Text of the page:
Critics of this attack on LGBT people have noted both online and off that if gay marriages are now without legal standing in Canada if the couple’s homeland forbids them, are Middle Eastern women living in Canada now stripped of their rights to vote, drive a car, or even show their hair? Is being gay now punishable by death in Canada if you’re from Uganda? Is blogging or criticizing your government now illegal for Egyptians living in Canada?

We can hardly believe we are reporting this. Expect massive coverage in the coming days.

How would you feel to wake up divorced by a foreign government after years of marriage?

*so very very wrong*

Gay-marriage law assault perplexing ⇢

(via the Nashua Telegraph)

One of the more contentious battles confronting the New Hampshire Legislature when it returns to work in January will be the misguided effort to repeal the 2009 law legalizing same-sex marriages. Put on hold earlier this year so lawmakers could concentrate on more serious issues, such as the state budget, taxes and creating jobs, this pointless distraction is back on the legislative agenda for reasons that escape rational explanation.

New Hampshire is one of six states, along with the District of Columbia, that allow same-sex marriages. Another 13 states permit civil unions. Elsewhere in the country, same-sex marriages and/or civil unions are prohibited by either statute or constitutional amendment. The same-sex marriage repeal legislation up for review next month seeks to bring back civil unions, which were legalized in New Hampshire in 2007, and grandfather existing same-sex marriages. The state estimates 1,800 gay couples have been married here in the past two years.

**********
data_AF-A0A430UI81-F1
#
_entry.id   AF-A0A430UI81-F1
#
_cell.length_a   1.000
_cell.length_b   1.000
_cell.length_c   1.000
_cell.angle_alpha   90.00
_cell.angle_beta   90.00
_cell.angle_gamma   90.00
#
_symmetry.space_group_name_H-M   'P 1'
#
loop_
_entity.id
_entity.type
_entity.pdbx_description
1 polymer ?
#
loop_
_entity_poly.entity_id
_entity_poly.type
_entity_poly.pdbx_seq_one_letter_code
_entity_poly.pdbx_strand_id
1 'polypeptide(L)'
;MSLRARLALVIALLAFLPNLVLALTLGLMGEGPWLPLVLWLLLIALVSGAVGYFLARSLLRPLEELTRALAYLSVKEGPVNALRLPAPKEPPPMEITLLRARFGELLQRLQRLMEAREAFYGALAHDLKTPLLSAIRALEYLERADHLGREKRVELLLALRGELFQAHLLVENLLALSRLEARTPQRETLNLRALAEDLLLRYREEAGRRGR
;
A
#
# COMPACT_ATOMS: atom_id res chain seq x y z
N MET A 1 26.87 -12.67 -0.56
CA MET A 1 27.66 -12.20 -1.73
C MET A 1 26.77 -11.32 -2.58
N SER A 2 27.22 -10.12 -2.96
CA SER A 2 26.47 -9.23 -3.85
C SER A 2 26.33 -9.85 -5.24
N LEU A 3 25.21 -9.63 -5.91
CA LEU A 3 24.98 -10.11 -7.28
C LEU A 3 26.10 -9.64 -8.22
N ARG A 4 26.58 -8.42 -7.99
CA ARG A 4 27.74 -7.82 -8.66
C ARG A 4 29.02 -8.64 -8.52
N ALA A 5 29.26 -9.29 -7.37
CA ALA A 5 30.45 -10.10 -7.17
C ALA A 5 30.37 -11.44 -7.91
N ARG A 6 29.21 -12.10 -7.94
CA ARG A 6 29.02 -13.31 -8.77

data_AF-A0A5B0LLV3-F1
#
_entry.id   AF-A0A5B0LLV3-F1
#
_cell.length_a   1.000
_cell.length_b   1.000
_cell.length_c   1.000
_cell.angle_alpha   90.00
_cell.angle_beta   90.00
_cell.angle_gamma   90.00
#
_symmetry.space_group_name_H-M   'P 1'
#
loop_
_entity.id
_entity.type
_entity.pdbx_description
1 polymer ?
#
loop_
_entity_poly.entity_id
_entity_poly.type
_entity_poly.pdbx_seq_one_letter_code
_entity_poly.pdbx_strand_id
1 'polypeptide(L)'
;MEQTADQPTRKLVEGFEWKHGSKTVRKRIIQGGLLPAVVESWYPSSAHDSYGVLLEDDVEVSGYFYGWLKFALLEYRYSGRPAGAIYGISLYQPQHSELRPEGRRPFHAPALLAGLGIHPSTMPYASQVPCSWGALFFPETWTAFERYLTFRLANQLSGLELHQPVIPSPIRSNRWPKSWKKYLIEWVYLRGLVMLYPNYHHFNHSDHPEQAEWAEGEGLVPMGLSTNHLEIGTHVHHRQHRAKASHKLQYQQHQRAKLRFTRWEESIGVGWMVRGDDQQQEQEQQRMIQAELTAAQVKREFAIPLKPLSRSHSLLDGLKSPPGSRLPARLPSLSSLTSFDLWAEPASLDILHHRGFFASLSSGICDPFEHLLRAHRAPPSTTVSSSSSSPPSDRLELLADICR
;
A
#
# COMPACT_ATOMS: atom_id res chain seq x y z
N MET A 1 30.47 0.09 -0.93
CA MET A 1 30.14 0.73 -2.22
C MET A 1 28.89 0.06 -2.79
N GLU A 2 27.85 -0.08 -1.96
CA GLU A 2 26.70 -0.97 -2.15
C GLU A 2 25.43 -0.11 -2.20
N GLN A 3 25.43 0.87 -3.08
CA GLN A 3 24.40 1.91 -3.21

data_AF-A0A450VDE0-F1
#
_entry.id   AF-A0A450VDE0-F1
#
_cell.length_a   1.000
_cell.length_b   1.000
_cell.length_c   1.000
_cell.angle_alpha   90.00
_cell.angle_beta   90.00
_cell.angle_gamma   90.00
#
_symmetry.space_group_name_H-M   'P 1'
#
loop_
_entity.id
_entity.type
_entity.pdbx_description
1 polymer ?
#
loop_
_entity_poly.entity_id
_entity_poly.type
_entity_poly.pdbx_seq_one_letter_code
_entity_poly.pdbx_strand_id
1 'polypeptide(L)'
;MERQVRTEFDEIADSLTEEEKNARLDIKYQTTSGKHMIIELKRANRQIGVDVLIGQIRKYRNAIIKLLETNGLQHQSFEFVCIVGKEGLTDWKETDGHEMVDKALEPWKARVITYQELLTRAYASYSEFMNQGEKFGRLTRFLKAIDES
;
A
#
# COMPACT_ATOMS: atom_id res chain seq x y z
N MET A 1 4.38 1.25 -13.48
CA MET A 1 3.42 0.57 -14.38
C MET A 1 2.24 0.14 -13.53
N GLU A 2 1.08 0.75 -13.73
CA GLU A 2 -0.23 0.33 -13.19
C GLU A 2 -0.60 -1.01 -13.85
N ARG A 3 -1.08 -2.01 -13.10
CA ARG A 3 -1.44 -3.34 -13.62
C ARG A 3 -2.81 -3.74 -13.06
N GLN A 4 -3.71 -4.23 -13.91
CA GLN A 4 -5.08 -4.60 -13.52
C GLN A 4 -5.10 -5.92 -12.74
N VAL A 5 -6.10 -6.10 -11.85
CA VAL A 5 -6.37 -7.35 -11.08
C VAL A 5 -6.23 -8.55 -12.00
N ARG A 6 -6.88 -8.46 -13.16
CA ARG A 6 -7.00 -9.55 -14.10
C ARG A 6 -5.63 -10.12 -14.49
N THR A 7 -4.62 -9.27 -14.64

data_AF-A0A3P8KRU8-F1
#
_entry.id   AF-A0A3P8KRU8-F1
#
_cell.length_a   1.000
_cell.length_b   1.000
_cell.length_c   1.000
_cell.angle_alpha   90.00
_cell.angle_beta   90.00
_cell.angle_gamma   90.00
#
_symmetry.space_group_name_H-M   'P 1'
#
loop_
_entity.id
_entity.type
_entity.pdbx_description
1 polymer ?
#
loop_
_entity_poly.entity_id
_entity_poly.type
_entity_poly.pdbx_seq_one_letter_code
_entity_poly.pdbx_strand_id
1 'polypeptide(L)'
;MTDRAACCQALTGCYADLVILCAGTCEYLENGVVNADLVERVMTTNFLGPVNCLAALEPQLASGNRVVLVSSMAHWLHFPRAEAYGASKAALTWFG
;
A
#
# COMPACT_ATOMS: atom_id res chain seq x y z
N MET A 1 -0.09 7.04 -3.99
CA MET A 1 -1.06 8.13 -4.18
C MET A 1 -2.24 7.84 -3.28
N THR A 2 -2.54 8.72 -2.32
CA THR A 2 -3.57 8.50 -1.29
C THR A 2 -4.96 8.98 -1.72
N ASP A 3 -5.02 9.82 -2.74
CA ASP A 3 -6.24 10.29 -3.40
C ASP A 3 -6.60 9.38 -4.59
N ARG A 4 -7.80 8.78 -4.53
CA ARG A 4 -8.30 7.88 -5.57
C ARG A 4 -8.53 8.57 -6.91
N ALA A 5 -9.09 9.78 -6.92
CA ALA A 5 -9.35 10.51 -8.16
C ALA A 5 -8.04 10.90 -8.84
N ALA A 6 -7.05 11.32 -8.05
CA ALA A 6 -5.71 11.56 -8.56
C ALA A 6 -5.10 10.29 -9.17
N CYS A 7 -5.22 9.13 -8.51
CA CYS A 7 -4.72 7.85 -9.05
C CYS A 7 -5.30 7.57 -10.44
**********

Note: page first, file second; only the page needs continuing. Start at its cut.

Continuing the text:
Make no mistake, the only reason the anti-same-sex marriage legislation exists at all is because conservative Republicans were emboldened by their landslide victory in 2010. Huge majorities in the House and Senate created an irresistible opportunity to push mischievous, oppressive, veto-proof forays into statutory social engineering.

It would be one thing if there were evidence the current law has had negative repercussions for the state or its citizens. There isn’t. No jobs have been lost. No revenues have been compromised. No little children have been traumatized. If anything, the law has bolstered the state’s respected libertarian reputation.

More importantly, the law has broad public support. In April, the University of New Hampshire Survey Center reported 55 percent of state residents support same-sex marriages, while 39 percent opposed them. This followed an earlier poll that found Granite State residents oppose the GOP’s effort to repeal same-sex marriages by 62 to 29 percent.

These results are consistent with other polls. A Public Policy Polling survey in July found 51 percent of New Hampshire voters favor legal same-sex marriages while 38 percent oppose them. It also found 80 percent support some sort of legal recognition of same-sex couples, with marriage favored by 45 percent and civil unions by 35 percent. Only 19 percent of the respondents opposed any legal recognition of same-sex couples.